Habitual physical activity can reduce the risk of future cardiovascular morbidity and mortality. This review evaluates recent publications that have assessed the impact of the dose of physical (in)activity on cardiovascular outcomes.
Sedentary behavior, characterized by prolonged sitting, is increasingly prevalent across the globe and increases the risk for cardiovascular events in a dose-dependent fashion. Similarly, the number of individuals performing endurance exercise events has tripled over the last 2 decades, and some studies suggest that the high volumes of exercise training and competition may attenuate the health benefits of a physically active lifestyle.
Breaking up sitting time or replacing sitting by (light) physical activity are effective strategies to attenuate its detrimental health effects. Low doses of physical activity, preferably at a high intensity, significantly reduce the risk for cardiovascular and all-cause mortality. Larger doses of exercise yield larger health benefits. Extreme doses of exercise neither increase nor decrease the risk for adverse outcomes. Athletes demonstrate a transient cardiac dysfunction and biomarker release directly postexercise. Chronic exercise training may increase the risk for atrial fibrillation, but is also associated with a superior life expectancy compared with the general population.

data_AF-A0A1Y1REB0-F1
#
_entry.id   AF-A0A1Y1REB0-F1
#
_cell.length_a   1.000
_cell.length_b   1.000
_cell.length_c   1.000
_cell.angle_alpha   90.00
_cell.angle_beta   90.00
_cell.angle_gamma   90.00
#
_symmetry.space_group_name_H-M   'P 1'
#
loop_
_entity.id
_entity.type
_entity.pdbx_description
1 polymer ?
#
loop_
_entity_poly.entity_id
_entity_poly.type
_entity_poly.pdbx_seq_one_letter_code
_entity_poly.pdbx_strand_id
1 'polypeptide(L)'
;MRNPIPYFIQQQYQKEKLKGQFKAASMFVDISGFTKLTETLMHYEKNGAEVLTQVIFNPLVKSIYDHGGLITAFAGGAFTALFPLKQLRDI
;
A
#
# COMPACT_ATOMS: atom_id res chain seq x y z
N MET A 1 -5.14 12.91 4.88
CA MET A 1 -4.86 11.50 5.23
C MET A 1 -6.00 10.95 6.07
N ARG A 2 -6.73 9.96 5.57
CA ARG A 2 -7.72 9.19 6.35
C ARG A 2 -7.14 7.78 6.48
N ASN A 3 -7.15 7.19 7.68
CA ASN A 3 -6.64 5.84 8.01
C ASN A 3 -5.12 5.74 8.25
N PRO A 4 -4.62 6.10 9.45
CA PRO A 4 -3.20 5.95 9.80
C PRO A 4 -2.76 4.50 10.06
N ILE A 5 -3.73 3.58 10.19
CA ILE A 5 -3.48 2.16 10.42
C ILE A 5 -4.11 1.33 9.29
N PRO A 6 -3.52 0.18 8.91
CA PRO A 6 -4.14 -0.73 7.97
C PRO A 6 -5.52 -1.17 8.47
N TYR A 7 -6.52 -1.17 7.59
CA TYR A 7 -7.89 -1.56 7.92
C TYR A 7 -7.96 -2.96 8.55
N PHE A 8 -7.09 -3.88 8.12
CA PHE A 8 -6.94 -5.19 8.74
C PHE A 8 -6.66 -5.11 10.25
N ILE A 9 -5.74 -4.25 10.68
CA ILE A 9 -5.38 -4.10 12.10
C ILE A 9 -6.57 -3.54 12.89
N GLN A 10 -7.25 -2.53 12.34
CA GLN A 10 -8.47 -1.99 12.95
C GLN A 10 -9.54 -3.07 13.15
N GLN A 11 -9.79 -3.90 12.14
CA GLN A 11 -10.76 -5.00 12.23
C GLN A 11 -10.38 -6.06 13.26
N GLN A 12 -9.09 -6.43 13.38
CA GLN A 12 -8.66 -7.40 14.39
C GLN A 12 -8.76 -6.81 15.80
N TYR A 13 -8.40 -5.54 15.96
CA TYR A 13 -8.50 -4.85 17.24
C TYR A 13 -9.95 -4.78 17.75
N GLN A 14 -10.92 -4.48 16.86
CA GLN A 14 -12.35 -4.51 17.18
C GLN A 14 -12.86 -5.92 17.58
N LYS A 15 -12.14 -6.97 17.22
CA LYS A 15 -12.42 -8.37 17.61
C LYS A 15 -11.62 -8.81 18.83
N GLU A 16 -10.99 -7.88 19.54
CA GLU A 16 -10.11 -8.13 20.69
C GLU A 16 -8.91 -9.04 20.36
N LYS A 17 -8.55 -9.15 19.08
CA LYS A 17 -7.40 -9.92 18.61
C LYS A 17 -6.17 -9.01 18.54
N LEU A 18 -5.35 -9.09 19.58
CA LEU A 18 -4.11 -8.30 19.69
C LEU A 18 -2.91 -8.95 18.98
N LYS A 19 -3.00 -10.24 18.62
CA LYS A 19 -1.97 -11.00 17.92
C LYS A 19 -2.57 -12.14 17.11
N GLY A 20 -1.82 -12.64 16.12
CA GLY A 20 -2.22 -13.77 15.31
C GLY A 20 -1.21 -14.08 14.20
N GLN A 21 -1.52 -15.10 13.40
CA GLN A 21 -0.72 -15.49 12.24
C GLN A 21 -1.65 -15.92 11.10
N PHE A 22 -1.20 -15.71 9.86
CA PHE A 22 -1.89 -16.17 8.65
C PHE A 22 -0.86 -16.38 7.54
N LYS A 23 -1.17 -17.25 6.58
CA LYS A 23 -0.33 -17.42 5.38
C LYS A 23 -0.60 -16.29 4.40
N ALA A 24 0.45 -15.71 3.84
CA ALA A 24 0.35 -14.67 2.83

aResearch Institute for Sports and Exercise Sciences, Liverpool John Moores University, Liverpool, UK
bDepartment of Physiology, Radboud University Medical Center, Nijmegen, The Netherlands
cDivision of Cardiology, Hartford Hospital, Hartford, Connecticut, USA
Correspondence to Thijs M.H. Eijsvogels, Research Institute for Sports and Exercise Sciences, Liverpool John Moores University, Tom Reilly Building, L3 3AF, Liverpool, UK. Tel: +44 151 904 62 64; e-mail: T.M.Eijsvogels@ljmu.ac.uk